Teaching Taboo Topics Through Technology

Teaching Taboo Topics Through Technology

Piya Sorcar (TeachAIDS, USA) and Clifford Nass (Stanford University, USA)
DOI: 10.4018/978-1-60566-792-8.ch021

Abstract

Solving the problem of how to provide effective health education on diseases subject to social taboos is an immediate need. The social stigma of HIV/AIDS is particularly prominent in the developing world, where 95 percent of all HIV-infected persons live. Millions of people risk death from HIV/AIDS while cultures and laws resist change. New approaches must be created to provide education despite whatever social, structural, cultural, and legal barriers exist. Fortunately, the emergence of new media and information and communication technologies (ICT) has provided new ways to help bypass social taboos and provide effective education. This chapter discusses these challenges and presents criteria for evaluating the efficacy of educational campaigns aimed at promoting awareness relating to taboo topics using a specially designed HIV/AIDS curriculum—Interactive Teaching AIDS—as an exemplar. It incorporates key pedagogical and communication theories and approaches in order to maximize its efficacy. To provide psychological comfort and promote coherent understanding, this ICT-based application couples the presentation of biological aspects of transmission with culturally-familiar euphemisms and metaphors to communicate ideas about prevention measures. Created using a rigorous, iterative, and research-based process, the 20-minute application provides detailed yet accessible culturally-appropriate explanations of all key aspects of HIV/AIDS prevention. For people living in areas that cannot easily access explicit HIV/AIDS materials due to social, cultural or other constraints, the positive results of the authors’ study suggest that it is possible to design curricula that are socially-acceptable and accurate, that promote significant gains in learning, retention, and changes in attitudes. Furthermore, these materials can encourage learners to proactively seek more information regarding the taboo topic and share prevention information with others. Educators who are reticent to teach about such subjects due to embarrassment or lack of health expertise can utilize similar approaches to educate students.
Chapter Preview
Top

Introduction To Teaching About Taboo Topics

This chapter discusses the challenges of providing education about topics that are considered taboo but must be taught to protect public health and welfare. A conceptualization of taboos is presented, and various ways through which technology can enable one to address taboo subjects while respecting social and cultural norms and values is discussed. Drawing on theoretical and empirical literature, advantages and disadvantages of various information and communication technologies (ICT)1 and other strategies for providing the requisite information and persuasion necessary to address taboo topics effectively are analyzed. Criteria are presented for evaluating the effectiveness of such educational campaigns and curricula. Following this, the procedures one should employ to develop appropriate messages for ICT are discussed, using a recent AIDS campaign—Interactive Teaching AIDS—as an exemplar. Interactive Teaching AIDS is an ICT-based application designed by the TeachAIDS2 organization to provide evidence-based, culturally-appropriate HIV/AIDS prevention education to audiences for whom discussing topics related to sexual practices is considered taboo.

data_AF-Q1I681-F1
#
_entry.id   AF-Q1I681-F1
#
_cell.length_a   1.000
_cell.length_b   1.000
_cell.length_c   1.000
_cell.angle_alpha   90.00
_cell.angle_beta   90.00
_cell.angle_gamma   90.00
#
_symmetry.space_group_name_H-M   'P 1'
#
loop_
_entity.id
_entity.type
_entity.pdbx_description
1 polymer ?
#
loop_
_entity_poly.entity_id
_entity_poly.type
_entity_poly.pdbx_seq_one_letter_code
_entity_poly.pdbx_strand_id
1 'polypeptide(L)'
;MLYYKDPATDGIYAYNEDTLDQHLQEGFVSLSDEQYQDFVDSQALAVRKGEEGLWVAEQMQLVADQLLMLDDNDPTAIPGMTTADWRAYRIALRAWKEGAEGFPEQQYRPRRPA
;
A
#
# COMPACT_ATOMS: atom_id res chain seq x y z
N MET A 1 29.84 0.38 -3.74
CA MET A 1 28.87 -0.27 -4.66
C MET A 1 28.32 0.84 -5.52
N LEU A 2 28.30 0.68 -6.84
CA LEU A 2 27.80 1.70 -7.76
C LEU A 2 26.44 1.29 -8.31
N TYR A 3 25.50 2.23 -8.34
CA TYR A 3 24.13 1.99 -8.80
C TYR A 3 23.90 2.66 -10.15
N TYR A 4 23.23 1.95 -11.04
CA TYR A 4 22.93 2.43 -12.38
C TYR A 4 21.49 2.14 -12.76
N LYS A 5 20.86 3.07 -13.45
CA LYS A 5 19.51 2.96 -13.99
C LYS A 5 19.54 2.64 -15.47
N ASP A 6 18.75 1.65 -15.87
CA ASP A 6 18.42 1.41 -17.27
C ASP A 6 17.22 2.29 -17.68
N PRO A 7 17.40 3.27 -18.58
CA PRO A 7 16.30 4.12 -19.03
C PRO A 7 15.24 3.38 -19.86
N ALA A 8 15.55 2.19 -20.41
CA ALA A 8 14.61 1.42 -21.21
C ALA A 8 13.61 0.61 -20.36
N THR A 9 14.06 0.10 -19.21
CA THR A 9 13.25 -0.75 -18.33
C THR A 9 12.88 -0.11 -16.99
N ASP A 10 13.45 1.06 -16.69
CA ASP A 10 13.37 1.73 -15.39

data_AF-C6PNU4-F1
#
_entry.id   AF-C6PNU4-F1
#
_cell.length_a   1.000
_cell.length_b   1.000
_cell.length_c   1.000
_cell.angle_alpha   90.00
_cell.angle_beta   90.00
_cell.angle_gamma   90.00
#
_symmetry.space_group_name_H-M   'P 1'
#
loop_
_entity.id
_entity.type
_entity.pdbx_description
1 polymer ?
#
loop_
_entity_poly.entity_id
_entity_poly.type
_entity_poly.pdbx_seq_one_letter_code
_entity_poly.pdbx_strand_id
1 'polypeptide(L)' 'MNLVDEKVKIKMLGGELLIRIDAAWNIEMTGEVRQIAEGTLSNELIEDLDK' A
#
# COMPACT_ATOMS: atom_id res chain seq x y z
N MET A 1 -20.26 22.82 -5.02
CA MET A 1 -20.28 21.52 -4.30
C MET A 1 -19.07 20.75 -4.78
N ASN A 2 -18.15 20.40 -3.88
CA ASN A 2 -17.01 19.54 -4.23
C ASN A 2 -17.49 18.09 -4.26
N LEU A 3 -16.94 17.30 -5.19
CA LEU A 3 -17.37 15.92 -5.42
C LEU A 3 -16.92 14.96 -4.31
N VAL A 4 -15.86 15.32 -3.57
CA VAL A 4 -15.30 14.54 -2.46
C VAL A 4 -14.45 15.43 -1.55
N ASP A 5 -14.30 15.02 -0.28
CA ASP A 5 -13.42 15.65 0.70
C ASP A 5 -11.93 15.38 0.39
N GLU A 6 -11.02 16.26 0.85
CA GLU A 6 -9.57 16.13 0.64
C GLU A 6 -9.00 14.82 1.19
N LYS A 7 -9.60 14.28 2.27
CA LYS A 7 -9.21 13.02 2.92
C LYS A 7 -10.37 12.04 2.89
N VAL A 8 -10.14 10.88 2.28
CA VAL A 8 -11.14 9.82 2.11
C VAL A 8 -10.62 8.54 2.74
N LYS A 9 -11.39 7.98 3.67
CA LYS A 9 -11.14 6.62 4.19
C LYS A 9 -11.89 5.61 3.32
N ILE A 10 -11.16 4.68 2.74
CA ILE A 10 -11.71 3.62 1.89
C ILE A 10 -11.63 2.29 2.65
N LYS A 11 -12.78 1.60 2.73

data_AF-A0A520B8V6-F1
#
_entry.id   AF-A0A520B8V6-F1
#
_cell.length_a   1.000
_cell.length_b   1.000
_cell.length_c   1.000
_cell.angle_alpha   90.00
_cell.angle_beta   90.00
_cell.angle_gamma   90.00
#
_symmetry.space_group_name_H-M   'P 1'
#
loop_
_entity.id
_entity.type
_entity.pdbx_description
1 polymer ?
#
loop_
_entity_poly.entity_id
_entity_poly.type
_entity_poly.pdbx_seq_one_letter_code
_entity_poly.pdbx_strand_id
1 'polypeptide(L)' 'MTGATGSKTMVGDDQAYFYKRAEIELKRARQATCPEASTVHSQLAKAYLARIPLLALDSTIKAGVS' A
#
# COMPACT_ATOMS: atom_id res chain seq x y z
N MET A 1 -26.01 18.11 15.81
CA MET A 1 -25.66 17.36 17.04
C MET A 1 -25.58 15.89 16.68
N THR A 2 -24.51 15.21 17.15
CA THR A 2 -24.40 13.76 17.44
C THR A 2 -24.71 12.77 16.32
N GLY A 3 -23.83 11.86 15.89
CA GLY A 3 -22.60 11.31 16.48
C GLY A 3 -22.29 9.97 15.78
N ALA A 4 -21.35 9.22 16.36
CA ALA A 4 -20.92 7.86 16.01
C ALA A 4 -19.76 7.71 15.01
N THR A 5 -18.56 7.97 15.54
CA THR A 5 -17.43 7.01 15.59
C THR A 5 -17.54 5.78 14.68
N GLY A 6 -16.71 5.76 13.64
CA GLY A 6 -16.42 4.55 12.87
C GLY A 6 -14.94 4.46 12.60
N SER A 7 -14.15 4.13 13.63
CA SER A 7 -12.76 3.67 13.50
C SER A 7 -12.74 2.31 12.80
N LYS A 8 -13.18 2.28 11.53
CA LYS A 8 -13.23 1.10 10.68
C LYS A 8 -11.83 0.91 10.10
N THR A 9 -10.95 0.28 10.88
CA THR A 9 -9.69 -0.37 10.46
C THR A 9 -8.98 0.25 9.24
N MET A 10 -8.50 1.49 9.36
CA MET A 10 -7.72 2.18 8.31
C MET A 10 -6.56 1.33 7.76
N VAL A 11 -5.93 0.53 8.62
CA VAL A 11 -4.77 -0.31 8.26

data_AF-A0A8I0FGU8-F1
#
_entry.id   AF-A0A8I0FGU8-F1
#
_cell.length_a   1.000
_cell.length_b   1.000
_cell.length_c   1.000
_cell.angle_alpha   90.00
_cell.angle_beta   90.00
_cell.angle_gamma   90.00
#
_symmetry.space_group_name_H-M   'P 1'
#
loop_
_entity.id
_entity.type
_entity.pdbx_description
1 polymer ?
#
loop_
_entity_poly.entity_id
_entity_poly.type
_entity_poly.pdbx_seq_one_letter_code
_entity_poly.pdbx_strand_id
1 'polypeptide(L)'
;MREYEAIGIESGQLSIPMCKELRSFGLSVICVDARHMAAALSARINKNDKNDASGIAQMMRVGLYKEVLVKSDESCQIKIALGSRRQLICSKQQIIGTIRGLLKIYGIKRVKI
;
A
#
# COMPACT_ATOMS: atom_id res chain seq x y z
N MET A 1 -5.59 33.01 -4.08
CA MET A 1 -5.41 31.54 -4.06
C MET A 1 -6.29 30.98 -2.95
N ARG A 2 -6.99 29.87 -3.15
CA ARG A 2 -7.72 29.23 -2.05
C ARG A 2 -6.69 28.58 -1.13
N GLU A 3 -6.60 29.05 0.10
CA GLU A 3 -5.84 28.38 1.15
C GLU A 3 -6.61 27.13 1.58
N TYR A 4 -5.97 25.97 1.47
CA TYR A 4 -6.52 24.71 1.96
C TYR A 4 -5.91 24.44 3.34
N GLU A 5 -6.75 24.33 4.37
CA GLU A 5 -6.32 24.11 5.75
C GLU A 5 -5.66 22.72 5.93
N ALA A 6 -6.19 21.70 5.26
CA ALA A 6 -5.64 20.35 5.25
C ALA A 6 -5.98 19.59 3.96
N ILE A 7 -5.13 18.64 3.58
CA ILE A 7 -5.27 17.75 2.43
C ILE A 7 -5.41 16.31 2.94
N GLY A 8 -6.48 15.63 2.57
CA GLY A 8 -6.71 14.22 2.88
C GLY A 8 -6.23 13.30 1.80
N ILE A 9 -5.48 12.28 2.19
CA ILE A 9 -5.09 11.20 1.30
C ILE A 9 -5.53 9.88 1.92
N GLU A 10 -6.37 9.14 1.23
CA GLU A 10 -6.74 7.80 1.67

Laws and Norms

Virtually all societies have formal rules of behavior, called laws, which are defined by the state and enforced by a formal governmental apparatus. Even in democratic societies aiming to maximize individual freedom, laws are enforced independent of whether the individual members of the society believe that the rules reflect extant value systems or not (Maine, 2004). Even the most unpopular laws must be enforced to ensure the legitimacy of the entire legal system (Weber, 1978).

All societies also have informal rules of behavior, called norms, which are defined by culture and traditions. While many norms are embodied in and enforced by laws, there are also norms that simply set expectations of behaviors. That is, norms are enforced by general societal pressure (sometimes in addition to that of the state) or the collective infliction of non-legal sanctions on deviants, those who disobey the norms, subjecting them to stigmatization, criticism, ostracism, or even non-state force (Posner, 2002).

In addition to the distinction between laws and norms, there is also an important distinction between positive versus negative laws and norms. Positive laws and norms prescribe behaviors that individuals are required or pressured to perform. For example, almost all nations have laws requiring children to attend at least some school, some nations have laws requiring military service, and a few legally compel voting. Similarly, there are negative laws and norms, defining what people must not do: murder is illegal in virtually all societies, theft is illegal in most societies, and gum chewing is banned in a few societies, for example. In democratic societies, laws are primarily negatively stated—anything that is not expressly forbidden is permitted—while in totalitarian societies, laws are often positively stated—and anything that is not expressly permitted may be forbidden. Societies also have positive norms which are not related to their laws: virtually all cultures encourage age-based rituals, many cultures have words that are supposed to be spoken to elders, and a few specify markers that should be placed on homes.

Complete Chapter List

Search this Book:
Reset